Source: Martha Stewart Weddings
Timing is Everything
There are a number of factors to consider as you finalize your wedding-day timeline, including everything from the availability of your venue to the time needed to set up and the layout of your space. Before deciding on a start time for your ceremony, you’ll want to consider the logistical details and your personal preference.
All venues have rules for how long and how late their event spaces can be occupied, and much of your wedding-day timeline will be based off these rules. For example, if you only have the venue for five hours and you know you want to party until ten o’clock, you’ll likely begin the ceremony right at five o’clock to maximize your time. Private estates and some more boutique properties might give you the option of the whole day, allowing you to start earlier.
If you’re planning an outdoor ceremony and cocktail hour, you might opt to base your timeline around where you’d like guests to be during sunset. Many couples prefer to have a sunset cocktail hour, but it depends on the time of year and how late the sunset is. For instance, during late fall in California, you could easily set your wedding ceremony time for five o’clock, kick off cocktails at 6 p.m., and head to dinner in the gardens just in time for sunset at 7 p.m.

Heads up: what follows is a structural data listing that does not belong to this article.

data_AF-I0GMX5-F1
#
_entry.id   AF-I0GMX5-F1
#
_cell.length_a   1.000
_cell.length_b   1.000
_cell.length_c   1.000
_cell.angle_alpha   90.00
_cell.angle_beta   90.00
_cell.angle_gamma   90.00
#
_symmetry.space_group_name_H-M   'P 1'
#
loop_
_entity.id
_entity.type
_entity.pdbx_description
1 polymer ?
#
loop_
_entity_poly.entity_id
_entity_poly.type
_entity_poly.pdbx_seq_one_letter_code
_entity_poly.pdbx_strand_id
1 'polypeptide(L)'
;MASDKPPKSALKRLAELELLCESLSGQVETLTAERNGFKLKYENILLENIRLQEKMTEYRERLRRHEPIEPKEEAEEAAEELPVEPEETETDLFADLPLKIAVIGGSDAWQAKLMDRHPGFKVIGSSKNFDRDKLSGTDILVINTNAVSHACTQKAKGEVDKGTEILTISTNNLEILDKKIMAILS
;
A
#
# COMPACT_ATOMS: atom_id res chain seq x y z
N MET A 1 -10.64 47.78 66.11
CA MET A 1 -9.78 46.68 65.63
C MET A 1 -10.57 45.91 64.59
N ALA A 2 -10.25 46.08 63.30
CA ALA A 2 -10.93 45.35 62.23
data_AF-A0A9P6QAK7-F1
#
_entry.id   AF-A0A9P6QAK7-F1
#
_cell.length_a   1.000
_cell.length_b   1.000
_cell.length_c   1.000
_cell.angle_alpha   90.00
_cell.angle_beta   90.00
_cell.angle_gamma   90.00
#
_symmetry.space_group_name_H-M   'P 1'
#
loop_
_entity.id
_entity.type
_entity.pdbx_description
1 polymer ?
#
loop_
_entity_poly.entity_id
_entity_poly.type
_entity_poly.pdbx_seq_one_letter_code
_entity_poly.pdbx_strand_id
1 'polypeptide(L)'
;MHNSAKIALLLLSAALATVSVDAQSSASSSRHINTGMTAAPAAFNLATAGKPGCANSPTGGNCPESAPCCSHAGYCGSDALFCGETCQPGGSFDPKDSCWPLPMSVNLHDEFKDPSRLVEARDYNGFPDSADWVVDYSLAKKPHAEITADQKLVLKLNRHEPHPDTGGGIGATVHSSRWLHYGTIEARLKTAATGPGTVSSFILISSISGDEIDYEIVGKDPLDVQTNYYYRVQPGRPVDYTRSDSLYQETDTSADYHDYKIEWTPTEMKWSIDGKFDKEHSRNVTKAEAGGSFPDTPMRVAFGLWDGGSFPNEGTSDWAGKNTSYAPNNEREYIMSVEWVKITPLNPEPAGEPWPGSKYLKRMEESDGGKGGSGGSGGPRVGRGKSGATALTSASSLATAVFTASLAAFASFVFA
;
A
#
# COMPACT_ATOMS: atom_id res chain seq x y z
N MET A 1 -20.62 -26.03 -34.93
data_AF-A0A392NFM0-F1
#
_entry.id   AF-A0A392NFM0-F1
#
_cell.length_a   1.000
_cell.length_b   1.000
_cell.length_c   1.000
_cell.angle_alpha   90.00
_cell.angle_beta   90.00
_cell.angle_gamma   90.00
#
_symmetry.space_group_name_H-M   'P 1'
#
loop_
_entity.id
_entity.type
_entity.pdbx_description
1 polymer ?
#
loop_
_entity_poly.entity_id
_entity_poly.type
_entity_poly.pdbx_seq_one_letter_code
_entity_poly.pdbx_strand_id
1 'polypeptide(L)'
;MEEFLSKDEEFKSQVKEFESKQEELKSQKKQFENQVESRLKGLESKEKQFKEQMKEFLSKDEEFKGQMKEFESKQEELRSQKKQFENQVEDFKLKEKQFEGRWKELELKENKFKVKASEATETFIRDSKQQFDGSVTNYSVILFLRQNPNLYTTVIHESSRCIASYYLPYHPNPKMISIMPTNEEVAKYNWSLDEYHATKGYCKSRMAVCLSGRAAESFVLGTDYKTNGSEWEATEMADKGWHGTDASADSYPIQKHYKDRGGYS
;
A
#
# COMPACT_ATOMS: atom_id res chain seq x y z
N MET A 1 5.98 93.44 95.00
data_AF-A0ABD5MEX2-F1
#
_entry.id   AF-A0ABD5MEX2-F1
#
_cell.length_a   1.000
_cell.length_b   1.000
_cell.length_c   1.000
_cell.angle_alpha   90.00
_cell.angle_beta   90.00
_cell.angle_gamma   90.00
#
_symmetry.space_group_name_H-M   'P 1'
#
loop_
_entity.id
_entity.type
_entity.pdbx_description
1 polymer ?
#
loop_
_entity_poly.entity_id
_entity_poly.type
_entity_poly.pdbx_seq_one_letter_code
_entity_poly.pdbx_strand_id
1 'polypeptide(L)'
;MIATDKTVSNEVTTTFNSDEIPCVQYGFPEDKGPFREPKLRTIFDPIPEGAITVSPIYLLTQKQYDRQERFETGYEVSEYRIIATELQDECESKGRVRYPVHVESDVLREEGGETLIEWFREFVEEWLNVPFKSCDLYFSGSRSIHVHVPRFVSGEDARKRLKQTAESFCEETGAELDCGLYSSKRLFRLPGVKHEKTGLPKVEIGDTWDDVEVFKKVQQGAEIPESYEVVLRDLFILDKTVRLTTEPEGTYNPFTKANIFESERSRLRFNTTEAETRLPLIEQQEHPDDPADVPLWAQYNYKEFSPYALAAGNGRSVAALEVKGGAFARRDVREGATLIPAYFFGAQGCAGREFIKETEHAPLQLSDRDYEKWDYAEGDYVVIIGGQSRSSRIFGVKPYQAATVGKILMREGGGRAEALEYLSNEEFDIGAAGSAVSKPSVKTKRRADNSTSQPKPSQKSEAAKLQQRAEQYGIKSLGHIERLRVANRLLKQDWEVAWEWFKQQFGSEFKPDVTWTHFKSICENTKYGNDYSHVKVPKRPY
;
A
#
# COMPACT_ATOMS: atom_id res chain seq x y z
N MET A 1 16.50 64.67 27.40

A peak heat outdoor ceremony is something the majority of couples want to avoid, so you probably wouldn’t plan on getting married outdoors between noon and 3 p.m. in the summertime. In the winter you’ll want to shimmy the timing up a bit earlier so that your outdoor vows don’t take place too close to nightfall.
Of course, there are many couples who prefer to go with alternative ceremony times. For instance, some swear by the romance of a sunrise ceremony while others might opt to exchange vows at the very end of the night during a New Year’s Eve wedding. It’s really a matter of personal preference and taking the whole wedding day timeline into consideration.